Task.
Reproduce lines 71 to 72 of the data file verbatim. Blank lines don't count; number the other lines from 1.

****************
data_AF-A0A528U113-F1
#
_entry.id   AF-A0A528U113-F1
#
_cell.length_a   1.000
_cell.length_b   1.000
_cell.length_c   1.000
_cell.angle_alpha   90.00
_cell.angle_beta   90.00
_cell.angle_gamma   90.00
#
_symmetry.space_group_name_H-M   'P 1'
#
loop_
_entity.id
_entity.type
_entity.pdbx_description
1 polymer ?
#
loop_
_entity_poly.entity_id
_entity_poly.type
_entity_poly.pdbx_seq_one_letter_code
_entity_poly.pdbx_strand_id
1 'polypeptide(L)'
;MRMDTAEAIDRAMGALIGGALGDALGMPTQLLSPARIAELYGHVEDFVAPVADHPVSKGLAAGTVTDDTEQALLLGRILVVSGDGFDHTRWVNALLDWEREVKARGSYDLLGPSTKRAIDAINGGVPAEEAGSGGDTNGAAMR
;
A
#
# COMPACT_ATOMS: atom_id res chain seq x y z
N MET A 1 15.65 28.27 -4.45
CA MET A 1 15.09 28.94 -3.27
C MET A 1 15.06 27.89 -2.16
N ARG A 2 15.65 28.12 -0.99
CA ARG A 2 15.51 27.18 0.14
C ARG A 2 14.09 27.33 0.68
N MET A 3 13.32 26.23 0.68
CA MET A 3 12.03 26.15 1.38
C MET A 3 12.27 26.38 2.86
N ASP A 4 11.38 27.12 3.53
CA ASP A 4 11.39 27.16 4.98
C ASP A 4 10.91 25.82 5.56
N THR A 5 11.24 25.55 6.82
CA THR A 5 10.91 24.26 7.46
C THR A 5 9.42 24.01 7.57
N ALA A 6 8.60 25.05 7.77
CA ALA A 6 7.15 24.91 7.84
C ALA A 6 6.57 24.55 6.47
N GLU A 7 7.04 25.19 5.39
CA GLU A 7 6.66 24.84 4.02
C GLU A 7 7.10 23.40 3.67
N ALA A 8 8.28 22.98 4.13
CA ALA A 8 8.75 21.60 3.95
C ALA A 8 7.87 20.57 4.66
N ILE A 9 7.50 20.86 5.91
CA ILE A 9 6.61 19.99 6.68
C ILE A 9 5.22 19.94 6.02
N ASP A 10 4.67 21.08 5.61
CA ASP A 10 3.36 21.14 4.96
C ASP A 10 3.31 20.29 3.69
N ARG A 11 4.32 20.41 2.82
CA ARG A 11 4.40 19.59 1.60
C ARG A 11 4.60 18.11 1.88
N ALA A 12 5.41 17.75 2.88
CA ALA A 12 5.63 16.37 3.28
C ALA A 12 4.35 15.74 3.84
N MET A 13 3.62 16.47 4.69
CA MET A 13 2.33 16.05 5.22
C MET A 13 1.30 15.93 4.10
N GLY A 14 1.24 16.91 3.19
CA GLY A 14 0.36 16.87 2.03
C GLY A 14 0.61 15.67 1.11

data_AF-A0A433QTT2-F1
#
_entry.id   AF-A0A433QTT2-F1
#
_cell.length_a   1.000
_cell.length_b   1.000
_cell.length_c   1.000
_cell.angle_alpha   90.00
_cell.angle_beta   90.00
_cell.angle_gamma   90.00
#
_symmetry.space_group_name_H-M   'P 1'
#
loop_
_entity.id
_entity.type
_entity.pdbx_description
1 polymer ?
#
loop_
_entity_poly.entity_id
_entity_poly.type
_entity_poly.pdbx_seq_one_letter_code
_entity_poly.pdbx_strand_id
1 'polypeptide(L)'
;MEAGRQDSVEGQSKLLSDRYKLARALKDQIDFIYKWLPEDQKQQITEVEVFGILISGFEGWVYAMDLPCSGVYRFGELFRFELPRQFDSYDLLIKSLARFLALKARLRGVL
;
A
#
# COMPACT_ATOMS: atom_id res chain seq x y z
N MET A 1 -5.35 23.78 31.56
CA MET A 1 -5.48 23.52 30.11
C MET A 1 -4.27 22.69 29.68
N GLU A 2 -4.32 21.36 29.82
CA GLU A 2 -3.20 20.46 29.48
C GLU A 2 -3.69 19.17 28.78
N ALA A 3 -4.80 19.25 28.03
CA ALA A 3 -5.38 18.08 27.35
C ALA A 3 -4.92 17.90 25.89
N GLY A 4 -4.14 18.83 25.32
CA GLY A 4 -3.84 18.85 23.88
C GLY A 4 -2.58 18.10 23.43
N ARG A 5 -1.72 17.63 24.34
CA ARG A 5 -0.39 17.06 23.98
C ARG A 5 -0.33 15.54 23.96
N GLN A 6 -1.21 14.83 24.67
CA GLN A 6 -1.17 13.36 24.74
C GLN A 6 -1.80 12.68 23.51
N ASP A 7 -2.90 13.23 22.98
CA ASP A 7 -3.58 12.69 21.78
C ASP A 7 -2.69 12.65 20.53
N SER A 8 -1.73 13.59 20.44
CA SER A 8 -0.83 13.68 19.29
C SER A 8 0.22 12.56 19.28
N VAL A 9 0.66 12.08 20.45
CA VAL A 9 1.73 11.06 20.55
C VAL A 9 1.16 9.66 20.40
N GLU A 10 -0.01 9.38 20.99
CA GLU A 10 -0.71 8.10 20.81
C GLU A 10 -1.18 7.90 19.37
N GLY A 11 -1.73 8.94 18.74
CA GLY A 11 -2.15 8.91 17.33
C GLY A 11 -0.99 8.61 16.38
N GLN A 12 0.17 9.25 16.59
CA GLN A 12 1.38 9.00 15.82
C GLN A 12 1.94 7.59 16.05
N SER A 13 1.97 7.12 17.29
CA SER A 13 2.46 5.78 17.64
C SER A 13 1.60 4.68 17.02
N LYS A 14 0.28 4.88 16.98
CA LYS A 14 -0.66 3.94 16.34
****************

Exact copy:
CA GLY A 14 0.36 16.87 2.03
C GLY A 14 0.61 15.67 1.11